The city of Bradenton Beach and a rental property owner took home a win in court — but their challenger called it a win for developers, not residents.
On Oct.16, Twelfth Circuit Judge Charles Sniffin denied Bradenton Beach resident John Metz’s petition that challenged city approvals that allowed the makeover of a residential rental building in the commercial zone at 308 Gulf Drive S.
The two-story building, formerly a duplex, is owned by George and Wendy Kokolis, who converted the structure into four residential units.
The couple — who own Gulf Drive Cafe at 900 Gulf Drive N. and other properties — bought the duplex out of foreclosure in 2014. It was vacant and dormant for more than two years.
Metz began his court battle in 2016, challenging city building permits and work dating back to June 2015 that allowed the residential remodel in a commercial zone.
Metz, a former Bradenton Beach Planning and Zoning Board member and a retired California attorney, resides adjacent to the property. He alleged the city did not properly apply its laws, including an ordinance that defines abandoned use as failure to occupy for more than 18 months.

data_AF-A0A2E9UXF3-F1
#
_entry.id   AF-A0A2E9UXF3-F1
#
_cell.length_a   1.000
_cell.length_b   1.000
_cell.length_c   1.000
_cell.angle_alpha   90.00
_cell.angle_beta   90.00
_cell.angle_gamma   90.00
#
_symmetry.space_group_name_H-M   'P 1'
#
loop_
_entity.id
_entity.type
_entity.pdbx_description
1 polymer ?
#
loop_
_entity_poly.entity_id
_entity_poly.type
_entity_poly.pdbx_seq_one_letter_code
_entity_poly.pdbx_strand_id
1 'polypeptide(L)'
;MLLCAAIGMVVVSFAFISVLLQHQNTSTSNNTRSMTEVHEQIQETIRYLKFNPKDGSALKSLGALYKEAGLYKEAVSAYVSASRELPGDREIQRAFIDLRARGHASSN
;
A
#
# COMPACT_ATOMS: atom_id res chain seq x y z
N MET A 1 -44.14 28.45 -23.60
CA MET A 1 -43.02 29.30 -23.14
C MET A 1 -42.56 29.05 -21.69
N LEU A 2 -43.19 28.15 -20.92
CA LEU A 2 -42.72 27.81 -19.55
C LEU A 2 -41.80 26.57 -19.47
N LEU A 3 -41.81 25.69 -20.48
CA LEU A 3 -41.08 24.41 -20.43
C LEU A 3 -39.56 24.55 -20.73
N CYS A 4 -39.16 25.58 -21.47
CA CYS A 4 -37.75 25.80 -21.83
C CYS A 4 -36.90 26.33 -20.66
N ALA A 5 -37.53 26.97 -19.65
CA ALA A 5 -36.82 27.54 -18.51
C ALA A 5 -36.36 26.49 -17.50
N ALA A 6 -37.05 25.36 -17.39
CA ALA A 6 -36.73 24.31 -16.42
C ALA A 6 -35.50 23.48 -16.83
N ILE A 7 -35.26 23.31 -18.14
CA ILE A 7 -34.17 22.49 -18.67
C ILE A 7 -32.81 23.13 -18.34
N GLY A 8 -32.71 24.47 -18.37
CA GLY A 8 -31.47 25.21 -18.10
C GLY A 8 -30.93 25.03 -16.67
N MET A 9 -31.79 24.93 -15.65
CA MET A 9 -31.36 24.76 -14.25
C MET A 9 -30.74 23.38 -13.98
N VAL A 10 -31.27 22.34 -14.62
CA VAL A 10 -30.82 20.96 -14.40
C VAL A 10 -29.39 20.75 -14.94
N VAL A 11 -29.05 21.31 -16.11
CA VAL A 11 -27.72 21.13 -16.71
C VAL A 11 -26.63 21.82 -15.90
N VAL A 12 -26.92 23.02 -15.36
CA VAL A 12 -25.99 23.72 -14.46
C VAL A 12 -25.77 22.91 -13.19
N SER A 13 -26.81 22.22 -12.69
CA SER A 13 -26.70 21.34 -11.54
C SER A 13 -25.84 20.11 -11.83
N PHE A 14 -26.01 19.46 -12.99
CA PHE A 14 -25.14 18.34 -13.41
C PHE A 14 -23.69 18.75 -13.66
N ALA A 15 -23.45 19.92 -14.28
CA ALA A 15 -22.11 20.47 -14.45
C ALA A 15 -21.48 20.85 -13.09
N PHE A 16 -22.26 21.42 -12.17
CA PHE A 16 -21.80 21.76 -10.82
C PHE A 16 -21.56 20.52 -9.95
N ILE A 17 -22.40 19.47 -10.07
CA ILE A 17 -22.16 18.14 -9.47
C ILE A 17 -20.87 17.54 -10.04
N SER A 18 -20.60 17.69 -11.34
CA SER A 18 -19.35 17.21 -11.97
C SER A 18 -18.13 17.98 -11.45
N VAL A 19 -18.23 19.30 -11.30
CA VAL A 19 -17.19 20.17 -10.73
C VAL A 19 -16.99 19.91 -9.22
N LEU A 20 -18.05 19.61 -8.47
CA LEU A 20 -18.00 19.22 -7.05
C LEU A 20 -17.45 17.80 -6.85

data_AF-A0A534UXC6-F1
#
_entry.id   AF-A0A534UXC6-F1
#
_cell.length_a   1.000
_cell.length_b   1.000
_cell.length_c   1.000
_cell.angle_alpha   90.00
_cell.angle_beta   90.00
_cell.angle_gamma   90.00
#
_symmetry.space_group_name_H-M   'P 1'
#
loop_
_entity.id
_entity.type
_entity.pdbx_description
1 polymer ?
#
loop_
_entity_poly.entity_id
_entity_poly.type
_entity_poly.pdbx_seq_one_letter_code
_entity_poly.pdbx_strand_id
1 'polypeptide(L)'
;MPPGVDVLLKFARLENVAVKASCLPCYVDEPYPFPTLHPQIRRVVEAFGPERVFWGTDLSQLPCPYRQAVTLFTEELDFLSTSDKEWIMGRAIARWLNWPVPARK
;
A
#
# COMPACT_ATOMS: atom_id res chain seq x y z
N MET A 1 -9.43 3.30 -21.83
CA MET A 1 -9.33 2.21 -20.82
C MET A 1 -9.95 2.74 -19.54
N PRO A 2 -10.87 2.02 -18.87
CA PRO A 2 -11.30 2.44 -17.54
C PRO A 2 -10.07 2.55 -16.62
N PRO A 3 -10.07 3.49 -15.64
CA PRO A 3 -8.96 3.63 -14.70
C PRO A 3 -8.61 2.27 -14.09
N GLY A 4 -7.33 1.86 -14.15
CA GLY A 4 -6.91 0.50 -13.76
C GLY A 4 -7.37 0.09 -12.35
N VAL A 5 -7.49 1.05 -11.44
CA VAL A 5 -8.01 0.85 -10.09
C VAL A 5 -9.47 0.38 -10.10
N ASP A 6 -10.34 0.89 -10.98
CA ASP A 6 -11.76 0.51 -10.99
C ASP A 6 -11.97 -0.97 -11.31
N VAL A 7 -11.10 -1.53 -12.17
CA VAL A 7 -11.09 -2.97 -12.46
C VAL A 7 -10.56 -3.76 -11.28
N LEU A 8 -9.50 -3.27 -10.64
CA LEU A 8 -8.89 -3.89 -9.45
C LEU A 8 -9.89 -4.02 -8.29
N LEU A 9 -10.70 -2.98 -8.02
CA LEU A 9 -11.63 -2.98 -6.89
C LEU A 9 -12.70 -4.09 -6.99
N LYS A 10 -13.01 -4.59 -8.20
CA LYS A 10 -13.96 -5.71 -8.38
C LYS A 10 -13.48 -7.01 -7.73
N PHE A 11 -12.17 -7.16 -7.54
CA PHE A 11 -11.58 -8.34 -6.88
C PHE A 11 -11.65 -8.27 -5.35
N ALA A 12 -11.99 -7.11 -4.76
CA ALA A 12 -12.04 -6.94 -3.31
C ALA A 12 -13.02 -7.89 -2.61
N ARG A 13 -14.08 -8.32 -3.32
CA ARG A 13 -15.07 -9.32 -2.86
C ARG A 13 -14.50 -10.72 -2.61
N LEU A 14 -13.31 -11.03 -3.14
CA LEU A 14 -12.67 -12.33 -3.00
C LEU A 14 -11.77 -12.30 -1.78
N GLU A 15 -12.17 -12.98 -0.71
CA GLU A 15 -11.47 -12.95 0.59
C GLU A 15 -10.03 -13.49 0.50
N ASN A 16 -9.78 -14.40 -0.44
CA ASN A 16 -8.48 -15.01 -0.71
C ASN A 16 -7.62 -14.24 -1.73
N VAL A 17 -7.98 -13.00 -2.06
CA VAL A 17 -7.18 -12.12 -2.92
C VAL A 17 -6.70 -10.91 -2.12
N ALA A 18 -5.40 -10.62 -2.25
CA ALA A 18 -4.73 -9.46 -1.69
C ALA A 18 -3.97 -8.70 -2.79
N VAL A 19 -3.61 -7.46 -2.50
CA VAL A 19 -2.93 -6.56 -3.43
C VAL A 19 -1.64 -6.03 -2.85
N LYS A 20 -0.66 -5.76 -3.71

Robert Lincoln, attorney for the owners, said Oct. 25, “I think that the law was clear. The city special magistrate got correct interpretation and the court made the right decision.”
Lincoln conceded the argument about the abandonment ordinance was key — and, if the city had adopted Metz’s interpretation, his clients “would have addressed it by having someone living in it.”
He called Metz’s position an after-the-fact “gotcha” argument.
Metz told The Islander Oct. 25 he was disappointed with Sniffin’s decision but won’t appeal, citing the expense of litigation.
“I did my best,” he said, adding that he blames city leaders for failing to protect their residents from over-development.
“The city seems to favor over-density places and that’s a mistake. They’re allowing developers to jam in as many units as they can. The city gets more property taxes but it’s certainly not what the residents want,” said Metz.
The building permits for the residential remodel first were upheld by special master Lisa Moore in 2017, leading Metz to file for a June 26 court hearing before Sniffin.
In the October decision, Sniffin adopted Moore’s reasoning on all issues.
The judge ruled competent evidence supported Moore’s rulings that the residential use was not abandoned, the 2015 permit did not improperly expand the building and a historic overlay allowed the residential remodel in a commercial district.
Sniffin also concurred with the special master’s rulings that Metz failed to prove the work exceeded the substantial improvement threshold.